I have an app it sets up a FileSystemWatcher. It should run indefinitely.

What is the best way to have it run in an idle loop?

I'm currently doing

FileSystemWatcher watch = ... //setup the watcher
watch.EnableRaisingEvents = true;
while (true) 

which seems to work (ie, captures the events and doesn't use up a core in a busy loop).

Any other idiom? Any problem with this approach?

  • Could you please explain what problem the loop solves? – Dzmitry Huba Sep 14 '09 at 9:59
  • It avoids a busy loop. With while (true) {} the application would use up a core. – Vinko Vrsalovic Sep 14 '09 at 10:01
  • This is a bad design, which could be replaced by using a Mutex, Event or Semaphore. – Wim ten Brink Sep 14 '09 at 10:32

As I understood from your comment you need your application to run indefinitely and it is a console app that is lunched by another executable.

It is better to use Console.ReadLine instead of looping. or use Monitor.Wait method to block the thread indefinitely

object sync = new object();

FileSystemWatcher.WaitForChanged is blocking (synchronous). There is absolutely no need for an idle loop, especially because you are handling events. Note EnableRaisingEvents defaults to true. Therefore, all you have to do is add the component to a form. There is no idle loop. There is no threading because the component takes care of that.

I understand you are using a Console Application. Therefore, you can create the following loop. Again, no need for an idle loop. The component takes care of all the details.

        Dim i As WaitForChangedResult = Me.FileSystemWatcher1.WaitForChanged(WatcherChangeTypes.All, 1000)
    Loop Until fCancel

[update] "Note EnableRaisingEvents defaults to true." As per the Microsoft source code, this is only true if the FileSystemWatcher component is dropped onto a designer. As shown below:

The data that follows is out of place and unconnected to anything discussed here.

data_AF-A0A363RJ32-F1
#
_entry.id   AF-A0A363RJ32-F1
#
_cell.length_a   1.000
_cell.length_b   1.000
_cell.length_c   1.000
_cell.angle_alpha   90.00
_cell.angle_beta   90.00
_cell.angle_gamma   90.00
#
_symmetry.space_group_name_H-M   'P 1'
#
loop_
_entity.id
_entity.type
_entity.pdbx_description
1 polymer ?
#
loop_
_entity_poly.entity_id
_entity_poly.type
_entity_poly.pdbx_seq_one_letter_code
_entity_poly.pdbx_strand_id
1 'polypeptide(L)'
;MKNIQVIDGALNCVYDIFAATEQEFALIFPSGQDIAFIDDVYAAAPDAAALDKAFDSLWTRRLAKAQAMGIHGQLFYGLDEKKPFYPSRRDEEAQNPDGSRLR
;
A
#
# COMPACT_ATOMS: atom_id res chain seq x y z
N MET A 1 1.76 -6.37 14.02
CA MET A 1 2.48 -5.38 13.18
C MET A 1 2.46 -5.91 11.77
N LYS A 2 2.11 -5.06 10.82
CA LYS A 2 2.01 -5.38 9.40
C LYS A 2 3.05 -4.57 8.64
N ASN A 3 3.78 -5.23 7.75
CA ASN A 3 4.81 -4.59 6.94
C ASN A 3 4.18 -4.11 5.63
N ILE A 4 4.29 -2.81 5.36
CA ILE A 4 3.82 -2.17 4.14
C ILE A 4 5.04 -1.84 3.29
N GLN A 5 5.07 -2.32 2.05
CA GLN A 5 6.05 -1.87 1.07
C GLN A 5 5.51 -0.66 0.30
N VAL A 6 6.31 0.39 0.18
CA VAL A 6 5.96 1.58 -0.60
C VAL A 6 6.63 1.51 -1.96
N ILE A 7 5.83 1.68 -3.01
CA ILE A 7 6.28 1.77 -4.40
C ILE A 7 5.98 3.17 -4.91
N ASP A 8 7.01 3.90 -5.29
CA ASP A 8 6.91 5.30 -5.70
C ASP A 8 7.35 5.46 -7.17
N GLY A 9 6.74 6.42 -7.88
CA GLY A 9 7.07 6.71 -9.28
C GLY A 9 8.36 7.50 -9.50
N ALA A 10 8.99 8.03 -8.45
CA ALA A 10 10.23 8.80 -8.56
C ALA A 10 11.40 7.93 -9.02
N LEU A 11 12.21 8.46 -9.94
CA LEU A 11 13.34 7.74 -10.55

/// <internalonly/>
    /// <devdoc>
    /// </devdoc>
    public override ISite Site {
        get { 
            return base.Site; 
        set { 
            base.Site = value;

            // set EnableRaisingEvents to true at design time so the user
            // doesn't have to manually. We can't do this in 
            // the constructor because in code it should
            // default to false. 
            if (Site != null && Site.DesignMode) 
                EnableRaisingEvents = true;

[update] Calling WaitForChanged sets EnableRaisingEvents immediately before and after the System.Threading.Monitor.Wait statements.

  • Thanks for this. I accepted the other answer because it answers the actual question (good way to do an idle loop). I upvoted you, of course. – Vinko Vrsalovic Sep 14 '09 at 19:36
  • Your question is "What is the best way to have it [the FileSystemWatcher] run in an idle loop?" Therefore, the accepted answer is incorrect. – AMissico Nov 25 '09 at 20:11

Thread.Sleep() will do what you want. But basically you should block using an OS method that will wake upon your desired strategy. Eg. a Console.ReadLine() or upon a mutex which is hit by your event handler to go away.

You shouldn't have to kill your app to make it shut.

If you embed the code on a form then at least the form can be killed nicely, with a reasonable OS load when you aren't using it.

  • +1 for the possibility of terminating without killing – Frederik Gheysels Sep 14 '09 at 9:58

If you mark the thread where this loop is running as a background thread (Thread.IsBackground property) then it should work fine (the program will exit when all non background threads terminate)

  • Won't that make it terminate when there are no events for a while? – Vinko Vrsalovic Sep 14 '09 at 10:00

I do not understand ... Why do you want and idle loop ? Do you want to have your application run indefinitely ?

Then, why don't you create a Windows Service, or an application that can be run in the system tray ?

Then, what I would do is create a class which just does this:

public class Foo
   private FileSystemWatcher _fs;

   private volatile bool _stopped = false;

   public Foo()
       _fs = new FileSystemWatcher();

   public void Start()
       _stopped = false;
       Thread t = new Thread (new ThreadStart(DoWork));

   private void DoWork()
       while( !_stopped )

   public void Stop()
       _stopped = true;

  • A service is out of the question because it cannot require admin privileges to install. System tray is problematic because there is another process which lauches this console app and captures its output. – Vinko Vrsalovic Sep 14 '09 at 9:59

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